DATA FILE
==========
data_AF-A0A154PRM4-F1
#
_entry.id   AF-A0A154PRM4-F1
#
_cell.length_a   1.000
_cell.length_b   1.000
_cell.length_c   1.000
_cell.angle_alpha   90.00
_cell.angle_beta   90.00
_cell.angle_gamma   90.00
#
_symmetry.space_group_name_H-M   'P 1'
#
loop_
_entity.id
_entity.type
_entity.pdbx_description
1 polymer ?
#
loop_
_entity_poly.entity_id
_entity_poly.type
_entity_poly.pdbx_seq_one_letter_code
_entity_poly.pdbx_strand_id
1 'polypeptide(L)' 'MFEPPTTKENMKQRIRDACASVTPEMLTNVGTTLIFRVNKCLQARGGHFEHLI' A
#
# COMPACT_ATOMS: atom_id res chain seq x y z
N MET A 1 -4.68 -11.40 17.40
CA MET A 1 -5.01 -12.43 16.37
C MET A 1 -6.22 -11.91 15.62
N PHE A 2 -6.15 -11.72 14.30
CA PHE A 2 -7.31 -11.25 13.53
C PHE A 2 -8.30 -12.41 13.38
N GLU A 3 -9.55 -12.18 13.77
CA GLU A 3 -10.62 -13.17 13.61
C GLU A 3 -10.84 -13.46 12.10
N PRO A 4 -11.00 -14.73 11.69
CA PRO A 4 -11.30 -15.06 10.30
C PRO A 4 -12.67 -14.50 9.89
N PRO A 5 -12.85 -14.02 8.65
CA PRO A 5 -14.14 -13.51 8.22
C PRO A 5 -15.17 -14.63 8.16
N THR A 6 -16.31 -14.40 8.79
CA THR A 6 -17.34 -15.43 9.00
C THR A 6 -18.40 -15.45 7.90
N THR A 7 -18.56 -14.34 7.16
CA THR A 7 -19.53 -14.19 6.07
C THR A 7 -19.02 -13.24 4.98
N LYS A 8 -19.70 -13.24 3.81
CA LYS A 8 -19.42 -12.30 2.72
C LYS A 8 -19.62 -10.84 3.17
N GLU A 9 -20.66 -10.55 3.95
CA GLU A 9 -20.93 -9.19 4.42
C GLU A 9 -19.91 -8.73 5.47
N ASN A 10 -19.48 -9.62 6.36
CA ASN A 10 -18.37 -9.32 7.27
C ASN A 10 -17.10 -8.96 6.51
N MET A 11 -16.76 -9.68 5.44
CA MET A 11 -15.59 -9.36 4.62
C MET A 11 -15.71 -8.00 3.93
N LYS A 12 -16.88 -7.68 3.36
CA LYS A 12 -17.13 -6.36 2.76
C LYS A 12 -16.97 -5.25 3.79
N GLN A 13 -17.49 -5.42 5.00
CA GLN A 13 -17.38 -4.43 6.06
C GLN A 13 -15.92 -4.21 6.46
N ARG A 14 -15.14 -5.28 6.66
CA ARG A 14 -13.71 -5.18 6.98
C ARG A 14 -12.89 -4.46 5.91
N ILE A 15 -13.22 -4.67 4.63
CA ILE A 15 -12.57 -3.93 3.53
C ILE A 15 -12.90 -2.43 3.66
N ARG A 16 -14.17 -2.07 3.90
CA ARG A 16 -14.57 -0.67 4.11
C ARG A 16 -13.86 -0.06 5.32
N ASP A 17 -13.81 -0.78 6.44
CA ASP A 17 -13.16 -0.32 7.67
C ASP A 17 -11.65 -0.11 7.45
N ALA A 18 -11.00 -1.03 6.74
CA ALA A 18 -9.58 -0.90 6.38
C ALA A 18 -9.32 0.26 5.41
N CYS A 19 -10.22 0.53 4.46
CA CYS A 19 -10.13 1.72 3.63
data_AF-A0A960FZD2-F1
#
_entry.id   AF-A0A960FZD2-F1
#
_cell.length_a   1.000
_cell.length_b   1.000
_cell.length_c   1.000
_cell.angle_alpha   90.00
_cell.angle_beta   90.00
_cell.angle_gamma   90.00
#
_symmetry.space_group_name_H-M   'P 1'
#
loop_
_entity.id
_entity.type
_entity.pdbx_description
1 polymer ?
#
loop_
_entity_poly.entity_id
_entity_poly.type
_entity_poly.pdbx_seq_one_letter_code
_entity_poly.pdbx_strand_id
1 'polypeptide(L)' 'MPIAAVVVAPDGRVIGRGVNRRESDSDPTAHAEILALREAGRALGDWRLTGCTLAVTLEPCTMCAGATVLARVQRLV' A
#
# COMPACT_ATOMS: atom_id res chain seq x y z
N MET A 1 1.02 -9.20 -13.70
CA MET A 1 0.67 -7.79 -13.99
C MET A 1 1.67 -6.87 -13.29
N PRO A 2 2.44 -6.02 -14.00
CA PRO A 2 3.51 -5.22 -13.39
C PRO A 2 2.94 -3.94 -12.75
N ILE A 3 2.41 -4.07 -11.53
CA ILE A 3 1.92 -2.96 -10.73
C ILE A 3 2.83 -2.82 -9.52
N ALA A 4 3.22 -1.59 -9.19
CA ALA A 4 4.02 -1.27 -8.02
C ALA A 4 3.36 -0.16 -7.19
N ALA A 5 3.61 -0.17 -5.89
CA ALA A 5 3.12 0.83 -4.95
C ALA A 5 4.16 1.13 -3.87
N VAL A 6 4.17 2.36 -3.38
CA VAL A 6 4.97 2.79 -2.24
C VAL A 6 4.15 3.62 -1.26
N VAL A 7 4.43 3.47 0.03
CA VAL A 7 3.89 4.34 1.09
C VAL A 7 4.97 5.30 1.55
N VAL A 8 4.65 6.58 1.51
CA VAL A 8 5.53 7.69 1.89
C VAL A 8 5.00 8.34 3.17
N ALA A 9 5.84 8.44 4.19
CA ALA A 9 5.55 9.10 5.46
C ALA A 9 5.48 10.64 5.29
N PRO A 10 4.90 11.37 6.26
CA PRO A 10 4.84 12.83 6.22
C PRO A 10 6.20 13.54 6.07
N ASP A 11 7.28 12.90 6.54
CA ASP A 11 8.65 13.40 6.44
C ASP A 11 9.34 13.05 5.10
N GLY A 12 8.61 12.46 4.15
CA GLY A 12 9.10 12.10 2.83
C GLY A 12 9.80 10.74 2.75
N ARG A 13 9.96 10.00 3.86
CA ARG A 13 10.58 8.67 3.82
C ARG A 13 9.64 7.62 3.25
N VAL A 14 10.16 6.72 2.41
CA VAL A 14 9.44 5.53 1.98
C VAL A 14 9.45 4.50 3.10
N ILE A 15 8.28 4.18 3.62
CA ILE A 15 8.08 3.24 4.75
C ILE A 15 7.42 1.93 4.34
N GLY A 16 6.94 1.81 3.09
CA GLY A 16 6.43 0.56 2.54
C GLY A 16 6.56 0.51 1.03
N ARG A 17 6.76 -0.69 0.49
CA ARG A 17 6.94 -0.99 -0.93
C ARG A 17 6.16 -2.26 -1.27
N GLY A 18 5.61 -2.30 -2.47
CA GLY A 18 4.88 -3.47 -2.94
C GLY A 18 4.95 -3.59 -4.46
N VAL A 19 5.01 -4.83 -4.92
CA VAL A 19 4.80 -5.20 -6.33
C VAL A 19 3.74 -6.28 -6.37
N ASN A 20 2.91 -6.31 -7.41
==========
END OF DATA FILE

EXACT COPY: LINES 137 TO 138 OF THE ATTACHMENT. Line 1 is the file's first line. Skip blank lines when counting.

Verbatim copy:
C ALA A 9 5.48 10.64 5.29
N PRO A 10 4.90 11.37 6.26